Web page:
Authentication Headers

New in version 3.9: The WWW-Authentication and Location-When-Unauthenticated headers are returned whenever the HTTP Unauthorized [401] response is the result of a request. This is done in order to help requesting users or applications identify the endpoint where it can attempt Authentication with credentials.

After execution of an Authentication request, a Set-Cookie header with Magpie user identification token named according to Security Settings should be set in the response as follows.

Set-Cookie: {MAGPIE_COOKIE_NAME}=<auth-token>!userid_type:int;
            [Domain=<domain>; Path=<path>; HttpOnly; SameSite=Lax; Max-Age=<seconds>; expires=<datetime>]

Web browsers and libraries for HTTP requests handling should automatically detect that header and register the defined Cookie for subsequent requests. Alternatively, that Cookie can be provided directly in the request using the same format.

All additional parameters (in brackets above) are optional and can be provided to explain how control of the scope the Magpie cookie applies to, notably to avoid conflicts with other potential cookies employed by the request. The only mandatory parts are the MAGPIE_COOKIE_NAME value, the actual token value, and the indication of represented content with !userid_type:int to let Magpie known the provided token information is employed to resolve the Logged User by ID.

Note that any Cookie generated by Magpie can have a maximum valid duration, identified by the both the returned Max-Age in seconds and the expires value as explicit date and time. Generated cookies are defined in such a way that they will automatically emit a new Cookie based on reissue time after 1/10th of the Max-Age to update the Cookie over continuous sessions. Any Logged User will therefore remain logged in if further requests are accomplished using the same Cookie within the lifetime duration of the original login, unless explicitly logged out. Modifications of the duration is accomplished using configuration detailed in Security Settings.

Changed in version 3.9: Although maximum duration could be defined in settings, prior versions did not explicitly indicate them in the generated Cookie. Following versions without these values will effectively mean the Cookie has unlimited lifetime.

As for most of the other API request endpoints offered by Magpie, the Accept header can be provided to select the format of the desired returned content. Following valid Authentication, the body should contain a basic message indicating as such, and returning OK [200] status. Otherwise, the appropriate HTTP error code will be returned with a description message of the error cause. By default, header definition Accept: */* or completely omitted value for Accept will employ application/json for the returned Content-Type.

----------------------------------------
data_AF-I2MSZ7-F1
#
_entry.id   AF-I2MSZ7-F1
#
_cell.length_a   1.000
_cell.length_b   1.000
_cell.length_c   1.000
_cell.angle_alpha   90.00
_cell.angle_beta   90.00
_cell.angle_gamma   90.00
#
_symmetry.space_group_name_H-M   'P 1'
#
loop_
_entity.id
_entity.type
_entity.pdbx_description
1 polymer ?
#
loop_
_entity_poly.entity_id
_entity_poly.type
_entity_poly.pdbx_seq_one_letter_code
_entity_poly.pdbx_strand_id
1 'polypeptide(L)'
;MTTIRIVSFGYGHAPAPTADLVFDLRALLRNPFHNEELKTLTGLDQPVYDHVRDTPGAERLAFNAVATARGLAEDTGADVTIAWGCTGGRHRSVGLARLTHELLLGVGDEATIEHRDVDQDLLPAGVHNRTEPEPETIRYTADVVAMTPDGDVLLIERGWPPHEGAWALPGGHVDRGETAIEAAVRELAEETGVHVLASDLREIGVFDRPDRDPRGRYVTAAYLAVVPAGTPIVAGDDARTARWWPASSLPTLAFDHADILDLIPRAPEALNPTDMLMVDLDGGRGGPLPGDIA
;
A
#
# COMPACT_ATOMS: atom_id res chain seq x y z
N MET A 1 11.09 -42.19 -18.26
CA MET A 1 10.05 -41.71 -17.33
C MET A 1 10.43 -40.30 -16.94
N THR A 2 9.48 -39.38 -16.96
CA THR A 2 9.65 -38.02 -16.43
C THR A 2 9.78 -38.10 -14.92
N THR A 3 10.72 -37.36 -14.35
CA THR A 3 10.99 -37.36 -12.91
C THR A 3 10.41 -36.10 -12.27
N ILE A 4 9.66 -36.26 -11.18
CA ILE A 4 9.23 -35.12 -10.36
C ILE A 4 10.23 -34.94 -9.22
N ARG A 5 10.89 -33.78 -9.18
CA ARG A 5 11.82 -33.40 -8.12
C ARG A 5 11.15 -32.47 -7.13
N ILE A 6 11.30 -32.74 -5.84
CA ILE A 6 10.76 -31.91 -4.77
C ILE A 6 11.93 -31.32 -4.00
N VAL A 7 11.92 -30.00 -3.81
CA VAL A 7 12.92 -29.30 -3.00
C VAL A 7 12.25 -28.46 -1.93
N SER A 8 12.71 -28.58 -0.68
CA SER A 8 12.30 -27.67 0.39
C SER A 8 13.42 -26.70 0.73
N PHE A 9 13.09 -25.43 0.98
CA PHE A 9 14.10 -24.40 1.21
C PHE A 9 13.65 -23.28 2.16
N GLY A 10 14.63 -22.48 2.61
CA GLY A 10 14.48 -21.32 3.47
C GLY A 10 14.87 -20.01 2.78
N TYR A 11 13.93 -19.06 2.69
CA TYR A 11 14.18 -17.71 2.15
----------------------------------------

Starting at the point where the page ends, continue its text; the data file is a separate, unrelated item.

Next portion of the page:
Authorization Headers

Following any successful Authentication request as presented in the previous section, the obtained Cookie defines which Logged User attempts to accomplish an operation against a given protected URI. Magpie employs the same Cookie both for operations provided by its API and for accessing the real Resource protected behind the Proxy according to resolution of Effective Permissions based on Applied Permission definitions.

Access to Magpie Operations

When a Logged User has sufficient Permission, it will be allowed different levels of access to operate onto Magpie API paths. The specific requirements for each case are extensively presented in section Route Access.

Access to Protected Resources

When sending requests to the Policy Enforcement Point (PEP) (e.g.: Twitcher Proxy), appropriate Cookie headers must be defined for it to identify the Logged User and resolve its Effective Permissions accordingly. Not providing those tokens will default to using MAGPIE_ANONYMOUS_USER, which will result into either one of HTTP Unauthorized [401] or Forbidden [403], depending on how the PEP interprets and returns the response indicated by Magpie, unless the corresponding Resource was allowed for Public Access.

When appropriately authenticated, access to the targeted Resource will be granted or denied depending on the Effective Permissions that Logged User has for it. This decision is extensively explained in section Permissions Resolution.

Another alternative to obtain Authorization (only when using the Magpie Adapter) is by providing the Authorization header in the request with appropriate credentials. In this situation, the adapter will attempt a login operation inline to that original request, and if successful, will update the Cookie headers accordingly. Although this method saves the need for the client to explicitly do an initial Authentication request toward Magpie’s signin path prior to Resource access attempt, failing to update the following any following requests with the Cookie will repeat the procedure on each call, which will slow down response time. If multiple requests are executed, especially for accessing different protected resources, Authentication Requests should be employed instead to process Authentication only once.

The format of the Authorization header is has follows.

Authorization: Bearer <access_token>

Where the access_token must correspond with the applicable provider_name specified by query parameter in order to orchestrate the Authentication operation accordingly. Once again, omitting the provider_name will default to User identification against local accounts in Magpie using MAGPIE_DEFAULT_PROVIDER.


Support Authorization: Basic <base64-user-pass> (see #255)

User Registration

New in version 3.13.


Please refer to the Security Notice under MAGPIE_USER_REGISTRATION_ENABLED regarding the impact of this change.

Using this feature, new User accounts can be created by anyone (self-registration) instead of previously needed administrative access to create them. The new accounts will require an unique user_name and valid email in order to confirm and complete registration. The provided email is employed to send a notification and validation endpoint of the specified registration information.